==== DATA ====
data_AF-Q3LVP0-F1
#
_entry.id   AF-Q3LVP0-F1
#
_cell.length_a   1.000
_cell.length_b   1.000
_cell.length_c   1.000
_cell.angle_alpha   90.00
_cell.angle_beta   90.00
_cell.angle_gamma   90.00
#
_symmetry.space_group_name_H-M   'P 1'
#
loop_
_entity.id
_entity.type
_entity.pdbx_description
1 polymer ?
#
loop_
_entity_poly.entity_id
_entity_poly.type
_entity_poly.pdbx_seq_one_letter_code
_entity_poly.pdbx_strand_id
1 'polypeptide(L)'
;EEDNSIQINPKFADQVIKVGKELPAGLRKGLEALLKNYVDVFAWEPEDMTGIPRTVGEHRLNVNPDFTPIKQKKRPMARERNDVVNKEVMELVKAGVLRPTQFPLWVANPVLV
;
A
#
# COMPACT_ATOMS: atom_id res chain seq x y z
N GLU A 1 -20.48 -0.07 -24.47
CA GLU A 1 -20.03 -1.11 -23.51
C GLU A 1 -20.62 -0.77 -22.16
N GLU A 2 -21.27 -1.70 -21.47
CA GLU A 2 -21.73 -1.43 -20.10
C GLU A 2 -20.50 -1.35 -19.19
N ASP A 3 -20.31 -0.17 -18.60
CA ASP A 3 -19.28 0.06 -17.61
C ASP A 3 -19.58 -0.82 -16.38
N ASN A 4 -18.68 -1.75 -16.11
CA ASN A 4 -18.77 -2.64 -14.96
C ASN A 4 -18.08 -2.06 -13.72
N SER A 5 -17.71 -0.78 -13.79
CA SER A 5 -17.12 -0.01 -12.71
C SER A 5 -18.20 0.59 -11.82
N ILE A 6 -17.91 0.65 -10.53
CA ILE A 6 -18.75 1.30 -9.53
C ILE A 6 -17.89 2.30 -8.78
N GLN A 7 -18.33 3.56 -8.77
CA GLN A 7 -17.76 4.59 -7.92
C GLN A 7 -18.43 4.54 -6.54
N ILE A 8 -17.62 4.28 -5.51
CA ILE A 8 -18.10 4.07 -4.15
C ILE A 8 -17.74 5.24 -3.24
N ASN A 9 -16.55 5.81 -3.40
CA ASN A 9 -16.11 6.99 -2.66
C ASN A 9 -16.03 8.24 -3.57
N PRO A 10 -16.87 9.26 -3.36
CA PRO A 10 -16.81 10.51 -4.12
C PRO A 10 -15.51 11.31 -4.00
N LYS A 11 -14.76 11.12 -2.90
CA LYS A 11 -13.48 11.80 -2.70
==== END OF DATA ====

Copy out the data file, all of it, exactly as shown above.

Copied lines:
data_AF-Q3LVP0-F1
#
_entry.id   AF-Q3LVP0-F1
#
_cell.length_a   1.000
_cell.length_b   1.000
_cell.length_c   1.000
_cell.angle_alpha   90.00
_cell.angle_beta   90.00
_cell.angle_gamma   90.00
#
_symmetry.space_group_name_H-M   'P 1'
#
loop_
_entity.id
_entity.type
_entity.pdbx_description
1 polymer ?
#
loop_
_entity_poly.entity_id
_entity_poly.type
_entity_poly.pdbx_seq_one_letter_code
_entity_poly.pdbx_strand_id
1 'polypeptide(L)'
;EEDNSIQINPKFADQVIKVGKELPAGLRKGLEALLKNYVDVFAWEPEDMTGIPRTVGEHRLNVNPDFTPIKQKKRPMARERNDVVNKEVMELVKAGVLRPTQFPLWVANPVLV
;
A
#
# COMPACT_ATOMS: atom_id res chain seq x y z
N GLU A 1 -20.48 -0.07 -24.47
CA GLU A 1 -20.03 -1.11 -23.51
C GLU A 1 -20.62 -0.77 -22.16
N GLU A 2 -21.27 -1.70 -21.47
CA GLU A 2 -21.73 -1.43 -20.10
C GLU A 2 -20.50 -1.35 -19.19
N ASP A 3 -20.31 -0.17 -18.60
CA ASP A 3 -19.28 0.06 -17.61
C ASP A 3 -19.58 -0.82 -16.38
N ASN A 4 -18.68 -1.75 -16.11
CA ASN A 4 -18.77 -2.64 -14.96
C ASN A 4 -18.08 -2.06 -13.72
N SER A 5 -17.71 -0.78 -13.79
CA SER A 5 -17.12 -0.01 -12.71
C SER A 5 -18.20 0.59 -11.82
N ILE A 6 -17.91 0.65 -10.53
CA ILE A 6 -18.75 1.30 -9.53
C ILE A 6 -17.89 2.30 -8.78
N GLN A 7 -18.33 3.56 -8.77
CA GLN A 7 -17.76 4.59 -7.92
C GLN A 7 -18.43 4.54 -6.54
N ILE A 8 -17.62 4.28 -5.51
CA ILE A 8 -18.10 4.07 -4.15
C ILE A 8 -17.74 5.24 -3.24
N ASN A 9 -16.55 5.81 -3.40
CA ASN A 9 -16.11 6.99 -2.66
C ASN A 9 -16.03 8.24 -3.57
N PRO A 10 -16.87 9.26 -3.36
CA PRO A 10 -16.81 10.51 -4.12
C PRO A 10 -15.51 11.31 -4.00
N LYS A 11 -14.76 11.12 -2.90
CA LYS A 11 -13.48 11.80 -2.70